Explore how Shakespeare dramatises Richard III attitudes towards women.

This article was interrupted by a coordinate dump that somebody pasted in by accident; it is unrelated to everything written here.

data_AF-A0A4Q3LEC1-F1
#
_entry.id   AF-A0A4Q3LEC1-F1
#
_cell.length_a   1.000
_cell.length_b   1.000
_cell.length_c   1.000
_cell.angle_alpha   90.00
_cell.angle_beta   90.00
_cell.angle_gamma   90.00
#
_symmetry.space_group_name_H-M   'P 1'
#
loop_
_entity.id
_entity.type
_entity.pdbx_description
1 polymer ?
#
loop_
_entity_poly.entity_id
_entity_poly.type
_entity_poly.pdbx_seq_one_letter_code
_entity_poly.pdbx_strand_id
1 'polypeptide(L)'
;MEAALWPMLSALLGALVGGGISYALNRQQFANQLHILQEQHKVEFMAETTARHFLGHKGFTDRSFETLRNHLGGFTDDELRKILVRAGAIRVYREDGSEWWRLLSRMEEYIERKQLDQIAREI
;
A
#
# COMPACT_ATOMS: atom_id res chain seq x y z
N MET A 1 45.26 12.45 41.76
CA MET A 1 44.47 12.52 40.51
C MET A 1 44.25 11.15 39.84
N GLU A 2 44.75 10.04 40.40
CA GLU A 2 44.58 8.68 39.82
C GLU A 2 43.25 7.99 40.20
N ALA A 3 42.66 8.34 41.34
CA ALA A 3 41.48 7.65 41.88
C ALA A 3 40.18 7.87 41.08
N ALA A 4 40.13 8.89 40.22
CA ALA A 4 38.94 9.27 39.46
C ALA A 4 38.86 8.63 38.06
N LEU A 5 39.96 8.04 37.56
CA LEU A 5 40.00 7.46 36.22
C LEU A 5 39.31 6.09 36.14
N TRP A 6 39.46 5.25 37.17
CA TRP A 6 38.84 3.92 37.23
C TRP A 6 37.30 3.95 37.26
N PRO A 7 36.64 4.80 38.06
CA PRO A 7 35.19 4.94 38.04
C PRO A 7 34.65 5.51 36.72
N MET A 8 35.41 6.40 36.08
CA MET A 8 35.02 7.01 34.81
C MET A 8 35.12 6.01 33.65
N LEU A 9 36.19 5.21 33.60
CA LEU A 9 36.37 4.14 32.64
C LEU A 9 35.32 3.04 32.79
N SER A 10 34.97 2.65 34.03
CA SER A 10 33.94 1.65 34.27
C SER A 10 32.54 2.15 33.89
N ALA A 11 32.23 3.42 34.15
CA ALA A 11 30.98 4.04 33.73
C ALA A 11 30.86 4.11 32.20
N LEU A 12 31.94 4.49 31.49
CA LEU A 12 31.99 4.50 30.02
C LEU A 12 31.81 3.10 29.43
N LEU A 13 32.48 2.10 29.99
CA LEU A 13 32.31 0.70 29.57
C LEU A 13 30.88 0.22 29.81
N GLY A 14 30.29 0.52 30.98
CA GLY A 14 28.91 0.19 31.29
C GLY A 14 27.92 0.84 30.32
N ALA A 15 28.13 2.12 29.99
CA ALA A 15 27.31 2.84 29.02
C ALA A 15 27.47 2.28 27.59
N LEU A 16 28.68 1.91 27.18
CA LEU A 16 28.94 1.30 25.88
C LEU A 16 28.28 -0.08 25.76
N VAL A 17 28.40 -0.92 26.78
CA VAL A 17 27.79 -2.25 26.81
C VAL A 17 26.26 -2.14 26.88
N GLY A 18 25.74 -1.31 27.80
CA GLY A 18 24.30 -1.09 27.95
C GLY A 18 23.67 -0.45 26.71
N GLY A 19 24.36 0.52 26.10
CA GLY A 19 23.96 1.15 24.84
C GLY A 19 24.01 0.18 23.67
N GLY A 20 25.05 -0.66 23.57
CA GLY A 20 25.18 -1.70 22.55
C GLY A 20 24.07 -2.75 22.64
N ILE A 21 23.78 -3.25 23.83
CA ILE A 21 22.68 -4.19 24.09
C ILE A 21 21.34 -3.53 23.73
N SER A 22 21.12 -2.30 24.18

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Explore how Shakespeare dramatises Richard III attitudes towards women. Shakespeare’s Richard, Duke of Gloucester is multifarious personality, with his ambition to gain the crown of England driving his actions throughout the play. Richard is a viciously self-interested man, seemingly uncaring about the pain that his plotting causes others. Richard III follows Richards rise to power and the trail of betrayal, mistrust and destruction he leaves in his wake. A key theme throughout is the struggle for power between Richard and the women of the play. The opening soliloquy of Act 1 gives an important insight into the reasons for Richards scathing attitude towards women. Initially the soliloquy seems to be joyful and he appears to be making very positive comments about his brother, King Edward. “Now is the winter of our discontent Made glorious summer by this sun of York” (1.1.1-2) However, it quickly becomes clear that Richard’s comments are heavily sardonic and sarcastic as he criticises his brother. It is obvious from this first soliloquy that Shakespeare has moulded Richard to look almost monstrous and noticeably deformed. From the beginning of the play we are aware of Richard’s feelings about his body and how much contempt and disdain he has for being given such a repugnant body. “Cheated of feature by dissembling nature, Deformed, unfinished” (1.1.19-20) Richard draws the audience in, and endeavours to attract our sympathy by addressing his deformity. By doing this he is clearly trying to manipulate the audience. He talks about how he has “no delight to pass away the time” (1.1.25). He is aware that the men who are capable of attracting wives and lovers are generally handsome young men which is the
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